19th Century Prints, Engraving, Gallery Updates, Natural History, Prints

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Great American Cock, Male. (Wild Turkey). Plate 1. John James Audubon. Handcolored engraving, 1827-38. Paper size size 39 x 26" (990 x 606 mm). From the first printed edition of John James Audubon's "Birds of America." Engraved, printed, and colored by W. H. Lizars, Edinburgh. A true first printing by Lizars. This particular plate is often found with severe damages, as it was the first plate in the first volume, but this impression is unusually fine.

Great American Cock, Male. (Wild Turkey). Plate 1. John James Audubon. Handcolored engraving, 1827-38. Paper size size 39 x 26″ (990 x 606 mm). From the first printed edition of John James Audubon’s “Birds of America.” Engraved, printed, and colored by W. H. Lizars, Edinburgh. A true first printing by Lizars. This particular plate is often found with severe damages, as it was the first plate in the first volume, but this impression is unusually fine.

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19th Century Prints, Early 20th Century, Etching, Lithograph, Natural History, Prints

Past/Present: Herons

Today we have a new P/P post, featuring two prints of herons. The older print comes from the first octavo edition of Audubon’s The Birds of America. After the original elephant folio edition was completed, Audubon decided to produce a more affordable edition and employed a lithographer from Philadelphia, J. T. Bowen, to do the job. Bowen and his team created a smaller octavo edition, which was issued to subscribers in seven volumes and completed in 1844. Five more octavo editions were completed through 1877.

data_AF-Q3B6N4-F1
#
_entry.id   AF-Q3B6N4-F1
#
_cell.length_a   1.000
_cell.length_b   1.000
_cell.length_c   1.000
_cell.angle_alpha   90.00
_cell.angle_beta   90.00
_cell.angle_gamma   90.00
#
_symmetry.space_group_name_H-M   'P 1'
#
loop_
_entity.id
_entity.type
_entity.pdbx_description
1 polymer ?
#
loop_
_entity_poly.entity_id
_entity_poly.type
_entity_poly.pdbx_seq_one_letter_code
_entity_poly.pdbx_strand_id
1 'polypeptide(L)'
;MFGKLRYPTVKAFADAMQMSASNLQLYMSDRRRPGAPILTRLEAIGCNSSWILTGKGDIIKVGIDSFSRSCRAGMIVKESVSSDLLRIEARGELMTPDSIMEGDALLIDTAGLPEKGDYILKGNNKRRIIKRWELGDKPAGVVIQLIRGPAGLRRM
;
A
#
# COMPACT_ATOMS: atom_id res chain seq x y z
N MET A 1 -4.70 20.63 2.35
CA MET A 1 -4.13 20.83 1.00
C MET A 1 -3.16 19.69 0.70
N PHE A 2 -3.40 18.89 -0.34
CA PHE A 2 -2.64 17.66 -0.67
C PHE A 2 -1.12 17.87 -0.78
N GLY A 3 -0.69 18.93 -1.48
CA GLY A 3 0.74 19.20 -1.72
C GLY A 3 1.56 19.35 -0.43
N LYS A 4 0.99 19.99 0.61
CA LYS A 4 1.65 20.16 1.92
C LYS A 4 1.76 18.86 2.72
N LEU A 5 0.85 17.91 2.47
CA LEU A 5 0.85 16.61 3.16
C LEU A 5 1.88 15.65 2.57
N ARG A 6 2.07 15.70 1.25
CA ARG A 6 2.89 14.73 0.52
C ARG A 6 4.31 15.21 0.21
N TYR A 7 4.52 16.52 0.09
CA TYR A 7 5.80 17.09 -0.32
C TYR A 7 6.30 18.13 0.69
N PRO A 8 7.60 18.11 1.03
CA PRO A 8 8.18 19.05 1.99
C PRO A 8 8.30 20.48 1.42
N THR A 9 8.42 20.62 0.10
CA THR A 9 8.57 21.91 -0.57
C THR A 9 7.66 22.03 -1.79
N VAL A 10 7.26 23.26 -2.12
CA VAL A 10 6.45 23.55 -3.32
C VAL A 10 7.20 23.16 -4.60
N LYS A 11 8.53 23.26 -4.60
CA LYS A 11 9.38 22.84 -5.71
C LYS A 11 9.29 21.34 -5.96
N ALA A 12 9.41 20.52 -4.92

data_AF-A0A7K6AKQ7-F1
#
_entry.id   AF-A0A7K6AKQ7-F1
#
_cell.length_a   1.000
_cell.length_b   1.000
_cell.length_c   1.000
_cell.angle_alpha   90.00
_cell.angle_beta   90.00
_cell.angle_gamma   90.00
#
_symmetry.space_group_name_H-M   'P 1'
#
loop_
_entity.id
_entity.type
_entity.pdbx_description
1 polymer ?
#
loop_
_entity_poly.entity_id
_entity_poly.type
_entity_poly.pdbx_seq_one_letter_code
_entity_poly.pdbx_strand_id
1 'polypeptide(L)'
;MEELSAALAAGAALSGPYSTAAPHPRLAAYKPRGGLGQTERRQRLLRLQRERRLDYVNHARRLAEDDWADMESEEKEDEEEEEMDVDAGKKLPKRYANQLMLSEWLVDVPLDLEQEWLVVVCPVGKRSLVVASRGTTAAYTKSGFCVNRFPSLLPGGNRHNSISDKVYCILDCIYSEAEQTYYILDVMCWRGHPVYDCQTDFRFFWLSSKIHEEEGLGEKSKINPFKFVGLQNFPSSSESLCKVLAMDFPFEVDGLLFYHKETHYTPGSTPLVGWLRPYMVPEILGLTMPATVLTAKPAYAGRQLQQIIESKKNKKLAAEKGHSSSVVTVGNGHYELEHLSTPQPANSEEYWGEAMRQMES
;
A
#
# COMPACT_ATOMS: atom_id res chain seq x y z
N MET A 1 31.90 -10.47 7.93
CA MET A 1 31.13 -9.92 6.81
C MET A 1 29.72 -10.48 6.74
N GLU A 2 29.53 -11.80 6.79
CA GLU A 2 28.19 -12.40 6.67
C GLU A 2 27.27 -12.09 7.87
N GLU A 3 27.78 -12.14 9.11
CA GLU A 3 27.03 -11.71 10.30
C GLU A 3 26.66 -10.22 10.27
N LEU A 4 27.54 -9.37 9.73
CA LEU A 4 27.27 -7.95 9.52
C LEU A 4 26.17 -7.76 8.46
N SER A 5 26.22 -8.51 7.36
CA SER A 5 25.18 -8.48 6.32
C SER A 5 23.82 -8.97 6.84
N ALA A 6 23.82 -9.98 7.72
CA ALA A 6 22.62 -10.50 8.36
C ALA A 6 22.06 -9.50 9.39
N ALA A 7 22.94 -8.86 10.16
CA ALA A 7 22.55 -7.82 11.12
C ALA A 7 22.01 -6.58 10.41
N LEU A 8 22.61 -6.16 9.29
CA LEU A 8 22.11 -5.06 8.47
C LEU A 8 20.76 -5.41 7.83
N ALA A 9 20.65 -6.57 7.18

The octavo edition used the same text from Audubon and MacGillivray’s earlier Ornithological Biography, the accompanying text to the elephant folio edition, but increased the number of plates to 500. They did this by separating several of the birds that had appeared grouped together in the octavo edition.

The 20th century print is by Frank Benson. Benson was born and raised in Salem, Massachusetts. He spent a great deal of time in the salt marshes that surrounded his coastal town studying, as well as hunting, various waterfowl. He painted his first oil of shore birds at the age of twelve. At nineteen, he attended the School of Drawing and Painting of the Museum of Fine Arts, Boston. While attending the school he produced his first etching, “Salem Harbor.” In 1883, he traveled to Paris to study at the Academie Julie and for the next thirty years devoted his artistic talent to painting and watercolor.

In 1912, at the age of fifty, he again began to produce prints. At first, these prints were portraits, then the subject shifted to waterfowl and nature oriented subjects, totaling over 355 various prints before his death in 1951. Today, Benson is considered the founder of the school of American sporting art and his prints are some of the most desirable.

Image on Left: Great White Heron.  (Male adult, Spring plumage).  Pl. 368. By John James Audubon. Lithograph handcolored, 1840-44. From the first octavo edition of  The Birds of America.  Printed and colored by J. T. Bowen, Philadelphia.

Image on Right: Snowy Herons. By Frank W. Benson. Etching, 1917. Edition 150.

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